The Perfect Tuna Salad

Tuna salad can be a go-to lunch any day of the week!
Tuna salad can be a go-to lunch any day of the week!

One of the pieces of marital advice I give every newly engaged girl I know is simply this: Love God, Love your mister, and study both.

When you love God first, loving others becomes easier (not easy, just easier).

Love your mister – I’m assuming if you are going to marry him you already do.

Study both. The more you get to know God’s character and dwelling on the Gospel, the more you will actively live our the gospel.  Which every marriage needs.  And then when you study your mister – not memorizing every book and trying to make your mister into that person in the marriage book – you are well on your way to success in marriage.


Now, how does that marriage advice apply to tuna salad?

Well, my mister loves tuna melts and getting his tuna salad perfect has taken me almost 5 years.  So, when he tasted this the other day – I got a two thumbs up and don’t change a thing look – and he ate it all!

This tuna salad is also vertatile.  You can have a low carb lunch by putting it into a avocado half.  This is a delicious combination.  You can toast some bread, melt some cheese on top, and have a traditional tuna melt.  You can put it atop some greens for a salad.  You can eat it with whole grain crackers for a lighter lunch.  Or just eat it with a spoon.

The Perfect Tuna Salad
Recipe type: Seafood
Cuisine: Southern
Prep time: 
Cook time: 
Total time: 
Serves: 4-6
A perfect tuna salad is great for parties, light lunches, or salads.
  • 2 cans whole chunk white albacore tuna in water (the quality of tuna is so important)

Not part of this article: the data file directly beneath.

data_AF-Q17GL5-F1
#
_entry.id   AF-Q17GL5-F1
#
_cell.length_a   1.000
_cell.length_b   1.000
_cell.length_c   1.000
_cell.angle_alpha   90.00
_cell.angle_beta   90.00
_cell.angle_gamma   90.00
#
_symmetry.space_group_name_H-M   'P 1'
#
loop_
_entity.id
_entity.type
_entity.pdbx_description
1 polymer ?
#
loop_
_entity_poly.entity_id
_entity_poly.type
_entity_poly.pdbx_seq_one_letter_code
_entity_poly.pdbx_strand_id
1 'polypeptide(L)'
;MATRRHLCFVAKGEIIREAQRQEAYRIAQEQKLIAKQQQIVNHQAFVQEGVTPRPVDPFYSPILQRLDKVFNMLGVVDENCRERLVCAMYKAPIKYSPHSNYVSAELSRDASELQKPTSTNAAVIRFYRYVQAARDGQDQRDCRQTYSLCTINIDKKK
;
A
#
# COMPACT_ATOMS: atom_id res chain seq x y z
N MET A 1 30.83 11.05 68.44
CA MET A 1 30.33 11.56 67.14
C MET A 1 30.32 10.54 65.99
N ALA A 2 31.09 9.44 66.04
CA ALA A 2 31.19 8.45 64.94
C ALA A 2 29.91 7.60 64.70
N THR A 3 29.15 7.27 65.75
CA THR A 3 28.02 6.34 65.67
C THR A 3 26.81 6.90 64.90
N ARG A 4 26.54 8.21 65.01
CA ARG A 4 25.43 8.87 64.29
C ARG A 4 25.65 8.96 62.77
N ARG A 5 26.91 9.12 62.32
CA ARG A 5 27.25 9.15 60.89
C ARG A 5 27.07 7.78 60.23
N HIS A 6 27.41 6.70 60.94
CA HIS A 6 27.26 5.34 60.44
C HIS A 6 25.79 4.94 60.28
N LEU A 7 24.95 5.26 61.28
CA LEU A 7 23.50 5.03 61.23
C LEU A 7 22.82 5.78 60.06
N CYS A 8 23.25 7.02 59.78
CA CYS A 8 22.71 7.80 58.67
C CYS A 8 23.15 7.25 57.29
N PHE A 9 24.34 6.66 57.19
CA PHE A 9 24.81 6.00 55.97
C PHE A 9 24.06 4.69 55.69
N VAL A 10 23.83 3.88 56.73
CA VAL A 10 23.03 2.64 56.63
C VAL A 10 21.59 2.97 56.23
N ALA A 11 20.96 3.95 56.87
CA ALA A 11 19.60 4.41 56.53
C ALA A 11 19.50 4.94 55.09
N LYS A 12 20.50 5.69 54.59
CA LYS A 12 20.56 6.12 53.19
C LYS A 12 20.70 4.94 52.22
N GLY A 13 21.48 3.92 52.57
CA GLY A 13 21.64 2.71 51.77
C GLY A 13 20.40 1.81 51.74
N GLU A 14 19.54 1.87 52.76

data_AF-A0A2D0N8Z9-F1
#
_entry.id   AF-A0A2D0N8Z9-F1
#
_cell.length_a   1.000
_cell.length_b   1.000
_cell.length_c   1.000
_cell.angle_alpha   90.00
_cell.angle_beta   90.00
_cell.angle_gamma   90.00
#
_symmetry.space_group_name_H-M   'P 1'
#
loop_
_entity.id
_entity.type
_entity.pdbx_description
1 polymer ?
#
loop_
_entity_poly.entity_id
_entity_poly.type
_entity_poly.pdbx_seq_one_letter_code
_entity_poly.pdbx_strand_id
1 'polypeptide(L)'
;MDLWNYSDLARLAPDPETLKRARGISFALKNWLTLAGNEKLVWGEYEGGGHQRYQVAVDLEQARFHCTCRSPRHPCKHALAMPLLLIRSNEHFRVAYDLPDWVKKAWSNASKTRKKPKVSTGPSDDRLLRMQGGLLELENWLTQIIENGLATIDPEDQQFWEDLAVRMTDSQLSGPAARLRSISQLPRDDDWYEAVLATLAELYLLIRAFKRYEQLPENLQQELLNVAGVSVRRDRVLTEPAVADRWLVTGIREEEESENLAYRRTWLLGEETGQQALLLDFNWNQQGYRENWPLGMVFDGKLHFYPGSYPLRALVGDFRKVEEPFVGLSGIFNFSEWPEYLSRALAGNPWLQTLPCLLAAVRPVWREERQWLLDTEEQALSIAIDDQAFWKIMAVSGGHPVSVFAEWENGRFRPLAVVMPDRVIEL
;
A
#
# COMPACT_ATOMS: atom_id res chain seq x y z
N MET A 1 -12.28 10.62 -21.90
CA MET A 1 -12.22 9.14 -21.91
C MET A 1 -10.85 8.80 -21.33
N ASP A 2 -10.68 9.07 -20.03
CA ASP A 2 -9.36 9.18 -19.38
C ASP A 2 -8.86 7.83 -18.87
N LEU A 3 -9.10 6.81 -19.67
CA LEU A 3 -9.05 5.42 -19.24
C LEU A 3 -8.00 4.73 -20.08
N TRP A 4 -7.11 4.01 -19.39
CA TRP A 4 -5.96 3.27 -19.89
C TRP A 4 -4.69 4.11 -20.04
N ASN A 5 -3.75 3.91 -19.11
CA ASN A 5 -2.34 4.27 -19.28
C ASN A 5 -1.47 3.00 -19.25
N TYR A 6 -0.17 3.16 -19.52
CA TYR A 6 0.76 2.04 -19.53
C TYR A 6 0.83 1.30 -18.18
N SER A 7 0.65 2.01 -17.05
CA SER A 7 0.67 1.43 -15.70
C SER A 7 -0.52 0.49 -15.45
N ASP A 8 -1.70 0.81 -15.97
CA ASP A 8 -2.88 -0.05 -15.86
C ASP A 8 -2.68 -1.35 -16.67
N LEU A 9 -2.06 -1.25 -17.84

• ¼ cup Duke's mayo and 1 T
  • 1 tsp dijon mustard
  • 3 hardboiled eggs (the cooking time for the recipe is all in the boiling of the eggs)
  • ½ tsp each of kosher salt and black pepper
  1. Mix all together.
  2. Eat.

Roasted Broccoli and Spinach Frittata

posted in: The Charming South Kitchen | 0


Whoever was the first person to eat brunch or brinner – they were genious.  I love eating breakfast foods at different times of the day – other than breakfast of course.

And if you are trying to watch your carb intake – then this is a perfect recipe for you!

Roasted Broccoli and Spinach Frittata
Recipe type: Breakfast
Cuisine: Eggs
Prep time: 
Cook time: 
Total time: 
Serves: 6
Eggs and vegetables - great combination
  • 1 head of broccoli, chopped and roasted (in directions below)
  • 1 handful of fresh baby spinach
  • 7 eggs
  • ⅓ cup whole milk plus 2 T whole milk
  • ¾ cup sharp cheddar, grated
  • salt and pepper to taste
  • ½ tsp dijon mustard
  1. Before you make the frittata, you have to roast the broccoli. This is my favorite way to eat broccoli. Chop one head of broccoli, using the florets, spread out on a sheet pan. Drizzle with olive oil, red pepper flakes, salt and pepper. Roast at 425 for 20 minutes. Let cool.
  2. Whisk together eggs, milk, spices, and mustard.
  3. Add in vegetables and cheese.
  4. Bake in a pie pan (I have a deep dish one) for 30-35 minutes at 350.
  5. Eat with fruit or other breakfast-y items.


Jim Gaffigan on Food

posted in: Books | 0

I grew up on the humor of Bill Cosby.  I loved (and still do) that man.  Most of his comedy on tv and his tapes was relatively clean and appropriate for most audiences.  Now, I can’t say the same for his stand-up, or so I’ve heard.

Humor has a way of connecting with people that some other types of literary genres don’t.  I do love to read books about food: memoirs, cookbooks, etc.  And that is why I wanted this one from Blogging for Books.

What I didn’t anticipate is how funny it is – but also how damaging that was to me.  I had to put it down.  You see, I have sin issues with food.  I eat too much, I am a glutton, I worry about what food is doing to my body – I can be totally consumed with it. So, to read a book making fun of food, of eating too much, of the problems in America that we have with food – it didn’t do my heart (or my body) any good.

And I think, in every book you read, or however you engage with culture – you have to know how to impact your heart.

And your body.